Research Papers:

Hydroxycarboxylic acid receptors are essential for breast cancer cells to control their lipid/fatty acid metabolism

Claudia Stäubert _, Oliver Jay Broom and Anders Nordström

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Oncotarget. 2015; 6:19706-19720. https://doi.org/10.18632/oncotarget.3565

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Claudia Stäubert1,2,3, Oliver Jay Broom2 and Anders Nordström1,2

1 Swedish Metabolomics Centre, Department of Forest Genetics and Plant Physiology, Swedish University of Agricultural Sciences, Umeå, Sweden

2 Department of Molecular Biology, Umeå University, Umeå, Sweden

3 Institute of Biochemistry, Faculty of Medicine, University of Leipzig, Leipzig, Germany

Correspondence to:

Claudia Stäubert, email:

Anders Nordström, email:

Keywords: hydroxycarboxylic acid receptors, cancer metabolism, metabolite-sensing GPCRs, GPR81, GPR109a

Received: August 28, 2014 Accepted: February 26, 2015 Published: March 14, 2015


Cancer cells exhibit characteristic changes in their metabolism with efforts being made to address them therapeutically. However, targeting metabolic enzymes as such is a major challenge due to their essentiality for normal proliferating cells. The most successful pharmaceutical targets are G protein-coupled receptors (GPCRs), with more than 40% of all currently available drugs acting through them.

We show that, a family of metabolite-sensing GPCRs, the Hydroxycarboxylic acid receptor family (HCAs), is crucial for breast cancer cells to control their metabolism and proliferation.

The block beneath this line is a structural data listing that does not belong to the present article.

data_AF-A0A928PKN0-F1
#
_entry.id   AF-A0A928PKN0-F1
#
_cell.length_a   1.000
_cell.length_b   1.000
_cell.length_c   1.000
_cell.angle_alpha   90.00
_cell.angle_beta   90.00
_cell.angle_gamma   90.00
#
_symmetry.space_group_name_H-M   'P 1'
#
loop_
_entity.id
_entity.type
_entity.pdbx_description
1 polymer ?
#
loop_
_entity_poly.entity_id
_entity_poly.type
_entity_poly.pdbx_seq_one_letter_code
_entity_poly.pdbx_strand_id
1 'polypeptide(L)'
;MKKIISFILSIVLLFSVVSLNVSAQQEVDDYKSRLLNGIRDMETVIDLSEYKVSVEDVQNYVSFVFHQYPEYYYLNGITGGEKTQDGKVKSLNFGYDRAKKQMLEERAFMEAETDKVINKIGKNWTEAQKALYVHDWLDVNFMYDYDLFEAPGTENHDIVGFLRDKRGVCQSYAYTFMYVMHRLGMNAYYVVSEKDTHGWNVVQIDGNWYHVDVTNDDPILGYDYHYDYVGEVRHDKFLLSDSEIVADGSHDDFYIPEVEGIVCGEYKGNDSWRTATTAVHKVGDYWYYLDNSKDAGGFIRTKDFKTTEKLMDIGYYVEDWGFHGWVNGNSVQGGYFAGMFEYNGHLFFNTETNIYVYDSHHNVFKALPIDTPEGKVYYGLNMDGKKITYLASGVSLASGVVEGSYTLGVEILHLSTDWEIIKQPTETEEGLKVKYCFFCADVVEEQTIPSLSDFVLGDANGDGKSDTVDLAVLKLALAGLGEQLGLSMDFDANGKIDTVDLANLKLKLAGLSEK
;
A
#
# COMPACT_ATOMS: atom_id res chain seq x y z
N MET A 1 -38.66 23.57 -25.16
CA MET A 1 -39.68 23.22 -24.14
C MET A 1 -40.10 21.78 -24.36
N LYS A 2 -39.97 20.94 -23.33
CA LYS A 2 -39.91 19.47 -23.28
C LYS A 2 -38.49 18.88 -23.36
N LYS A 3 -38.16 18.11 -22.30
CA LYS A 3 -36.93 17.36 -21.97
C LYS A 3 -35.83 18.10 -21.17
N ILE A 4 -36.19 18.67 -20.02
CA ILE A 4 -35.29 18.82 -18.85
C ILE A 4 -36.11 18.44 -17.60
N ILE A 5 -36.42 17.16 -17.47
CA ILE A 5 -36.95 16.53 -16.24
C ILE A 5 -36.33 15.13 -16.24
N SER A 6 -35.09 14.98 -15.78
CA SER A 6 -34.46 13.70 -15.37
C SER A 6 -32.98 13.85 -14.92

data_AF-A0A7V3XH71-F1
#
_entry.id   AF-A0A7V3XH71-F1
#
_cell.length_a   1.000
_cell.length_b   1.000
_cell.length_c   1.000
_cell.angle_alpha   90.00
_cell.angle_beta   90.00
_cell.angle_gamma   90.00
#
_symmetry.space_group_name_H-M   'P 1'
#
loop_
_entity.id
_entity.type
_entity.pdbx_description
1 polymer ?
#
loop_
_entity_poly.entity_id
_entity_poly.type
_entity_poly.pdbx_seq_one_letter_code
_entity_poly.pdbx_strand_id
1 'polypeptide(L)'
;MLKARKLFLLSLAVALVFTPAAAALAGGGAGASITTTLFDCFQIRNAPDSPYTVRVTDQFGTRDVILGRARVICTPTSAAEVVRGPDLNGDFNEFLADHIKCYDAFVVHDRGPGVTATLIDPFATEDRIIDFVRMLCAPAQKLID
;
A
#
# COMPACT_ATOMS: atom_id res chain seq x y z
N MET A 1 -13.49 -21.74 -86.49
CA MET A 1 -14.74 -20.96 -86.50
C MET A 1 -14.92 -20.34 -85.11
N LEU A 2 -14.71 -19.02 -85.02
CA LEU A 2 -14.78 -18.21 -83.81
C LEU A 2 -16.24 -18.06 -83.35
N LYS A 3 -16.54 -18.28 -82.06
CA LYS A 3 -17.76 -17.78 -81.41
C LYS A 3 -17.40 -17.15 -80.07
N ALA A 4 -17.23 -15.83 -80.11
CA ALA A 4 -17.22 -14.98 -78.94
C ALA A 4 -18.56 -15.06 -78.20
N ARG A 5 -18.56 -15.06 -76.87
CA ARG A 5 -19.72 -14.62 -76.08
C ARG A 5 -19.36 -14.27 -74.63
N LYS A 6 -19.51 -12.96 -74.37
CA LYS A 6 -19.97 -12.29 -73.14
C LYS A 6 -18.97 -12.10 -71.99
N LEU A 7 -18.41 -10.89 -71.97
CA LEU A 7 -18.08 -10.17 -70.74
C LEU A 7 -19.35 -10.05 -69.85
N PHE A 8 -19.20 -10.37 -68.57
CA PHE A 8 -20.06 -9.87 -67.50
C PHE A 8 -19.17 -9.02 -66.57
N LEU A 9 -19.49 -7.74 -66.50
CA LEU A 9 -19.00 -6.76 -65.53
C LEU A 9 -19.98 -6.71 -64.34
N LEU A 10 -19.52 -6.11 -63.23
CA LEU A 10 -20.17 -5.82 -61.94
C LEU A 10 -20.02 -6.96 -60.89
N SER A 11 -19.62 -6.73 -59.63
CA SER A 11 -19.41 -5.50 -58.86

We found HCA1 and HCA3 mRNA expression were significantly increased in breast cancer patient samples and detectable in primary human breast cancer patient cells. Furthermore, siRNA mediated knock-down of HCA3 induced considerable breast cancer cell death as did knock-down of HCA1, although to a lesser extent. Liquid Chromatography Mass Spectrometry based analyses of breast cancer cell medium revealed a role for HCA3 in controlling intracellular lipid/fatty acid metabolism. The presence of etomoxir or perhexiline, both inhibitors of fatty acid β-oxidation rescues breast cancer cells with knocked-down HCA3 from cell death.

Our data encourages the development of drugs acting on cancer-specific metabolite-sensing GPCRs as novel anti-proliferative agents for cancer therapy.

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